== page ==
The Church and the Jews

A survey of Church issues relevant to Jews, including papal attitudes and actions and the enactments of ecclesiastical councils

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Popes and Jews

Increasingly in the Middle Ages the popes viewed themselves, or were described as the "vicars" of Christ," or representatives of Christ on Earth. As such, the pope had theoretical jurisdiction over both spiritual and temporal realms and was spiritually responsible for all–Christians, Muslims, Jews and "pagans."

 Though the theological position that there is no salvation outside of the Church was (and is) maintained, the Church also recognized that the "Old Testament" came from God and that its laws were binding upon Jews. Thus, the pope had as part of his responsibility, paradoxically, to ensure that Jews obeyed their laws. Although rarely invoked, it was possible for Jews to be accused of heresy for failure to practice their own traditions.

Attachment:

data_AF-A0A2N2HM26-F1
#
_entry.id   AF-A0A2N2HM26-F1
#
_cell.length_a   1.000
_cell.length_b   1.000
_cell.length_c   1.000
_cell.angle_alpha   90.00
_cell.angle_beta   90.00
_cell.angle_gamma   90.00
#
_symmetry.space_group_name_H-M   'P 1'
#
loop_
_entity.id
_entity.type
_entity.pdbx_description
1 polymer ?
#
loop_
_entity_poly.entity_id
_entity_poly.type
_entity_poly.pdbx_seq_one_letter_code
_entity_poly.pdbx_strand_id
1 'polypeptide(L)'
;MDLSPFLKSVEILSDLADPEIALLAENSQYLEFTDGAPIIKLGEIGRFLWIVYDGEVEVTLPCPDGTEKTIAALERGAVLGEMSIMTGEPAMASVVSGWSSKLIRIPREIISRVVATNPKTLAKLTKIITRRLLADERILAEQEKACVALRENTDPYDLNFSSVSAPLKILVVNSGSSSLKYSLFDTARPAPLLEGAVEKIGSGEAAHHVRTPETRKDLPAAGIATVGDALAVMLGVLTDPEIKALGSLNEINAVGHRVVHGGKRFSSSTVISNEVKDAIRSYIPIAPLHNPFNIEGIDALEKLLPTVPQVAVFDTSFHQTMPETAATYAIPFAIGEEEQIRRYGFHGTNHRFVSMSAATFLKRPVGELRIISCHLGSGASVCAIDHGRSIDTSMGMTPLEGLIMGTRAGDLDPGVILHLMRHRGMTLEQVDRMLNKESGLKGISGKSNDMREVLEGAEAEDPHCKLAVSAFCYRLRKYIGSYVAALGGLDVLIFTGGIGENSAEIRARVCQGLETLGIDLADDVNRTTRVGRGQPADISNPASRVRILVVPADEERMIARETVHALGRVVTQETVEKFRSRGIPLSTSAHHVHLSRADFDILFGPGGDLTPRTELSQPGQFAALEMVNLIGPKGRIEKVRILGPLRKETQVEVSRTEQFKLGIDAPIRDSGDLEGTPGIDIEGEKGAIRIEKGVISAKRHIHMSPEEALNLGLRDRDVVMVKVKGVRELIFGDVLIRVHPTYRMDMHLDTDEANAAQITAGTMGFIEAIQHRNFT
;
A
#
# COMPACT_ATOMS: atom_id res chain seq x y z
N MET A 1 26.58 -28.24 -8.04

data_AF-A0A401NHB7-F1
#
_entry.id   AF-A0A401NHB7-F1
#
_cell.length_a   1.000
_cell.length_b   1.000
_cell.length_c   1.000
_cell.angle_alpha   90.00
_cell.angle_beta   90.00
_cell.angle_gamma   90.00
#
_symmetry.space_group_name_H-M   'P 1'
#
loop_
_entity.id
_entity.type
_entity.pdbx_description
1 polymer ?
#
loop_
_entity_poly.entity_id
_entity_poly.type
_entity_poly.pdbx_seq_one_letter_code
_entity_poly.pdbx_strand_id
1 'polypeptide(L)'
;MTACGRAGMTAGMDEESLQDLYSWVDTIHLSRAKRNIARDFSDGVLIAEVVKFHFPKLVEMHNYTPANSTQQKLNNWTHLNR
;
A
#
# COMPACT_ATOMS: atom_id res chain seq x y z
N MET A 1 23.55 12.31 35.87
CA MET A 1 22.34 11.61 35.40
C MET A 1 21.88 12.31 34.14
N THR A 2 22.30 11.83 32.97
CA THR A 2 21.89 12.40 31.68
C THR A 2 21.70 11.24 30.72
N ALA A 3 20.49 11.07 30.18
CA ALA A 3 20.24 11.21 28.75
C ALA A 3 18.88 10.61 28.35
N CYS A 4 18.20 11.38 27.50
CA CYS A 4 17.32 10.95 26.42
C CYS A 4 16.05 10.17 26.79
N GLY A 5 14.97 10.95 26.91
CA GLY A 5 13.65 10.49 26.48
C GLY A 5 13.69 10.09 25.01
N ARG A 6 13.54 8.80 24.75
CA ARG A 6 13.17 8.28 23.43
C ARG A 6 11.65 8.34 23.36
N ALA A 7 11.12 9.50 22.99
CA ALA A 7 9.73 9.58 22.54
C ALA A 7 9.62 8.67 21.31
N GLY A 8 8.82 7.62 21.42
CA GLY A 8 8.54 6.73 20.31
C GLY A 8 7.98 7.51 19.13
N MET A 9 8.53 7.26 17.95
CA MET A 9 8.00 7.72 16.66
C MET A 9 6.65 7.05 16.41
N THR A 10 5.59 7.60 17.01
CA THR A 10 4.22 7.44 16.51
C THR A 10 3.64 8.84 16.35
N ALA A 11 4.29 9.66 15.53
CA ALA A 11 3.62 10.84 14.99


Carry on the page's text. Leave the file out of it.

Theologically, too, the witness doctrine demanded that Jews be preserved alive until the end of time. Any attempt to kill Jews, except for proven crimes, was therefore not to be tolerated. All of this, in any event, provided a basis for the popes to intervene to protect the Jews when necessary. (The witness doctrine, as outlined by Augustine in the fourth century, states that Jews are wicked, evil, perverse and damned forever but God wants them to survive because their dispersion serves as testimony to the divine right of Christianity.) 

Sicut Judeis – Just as to the Jews

Gregory I, the same pope who acted against the desecration or destruction of synagogues, used in that decree the words that were to become famous as they were renewed by every subsequent pope in the Middle Ages as the "Sicut Judeis" bull: "Just as, therefore, license ought not be granted to the Jews to presume to do in their synagogues more than law permits them, just so ought they not to suffer curtailment in those (privileges) which have been conceded them." From this introductory formula each pope would then add specifics in each bull as it was needed.

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Norman Roth is a professor of Jewish History at the University of Wisconsin, Madison.

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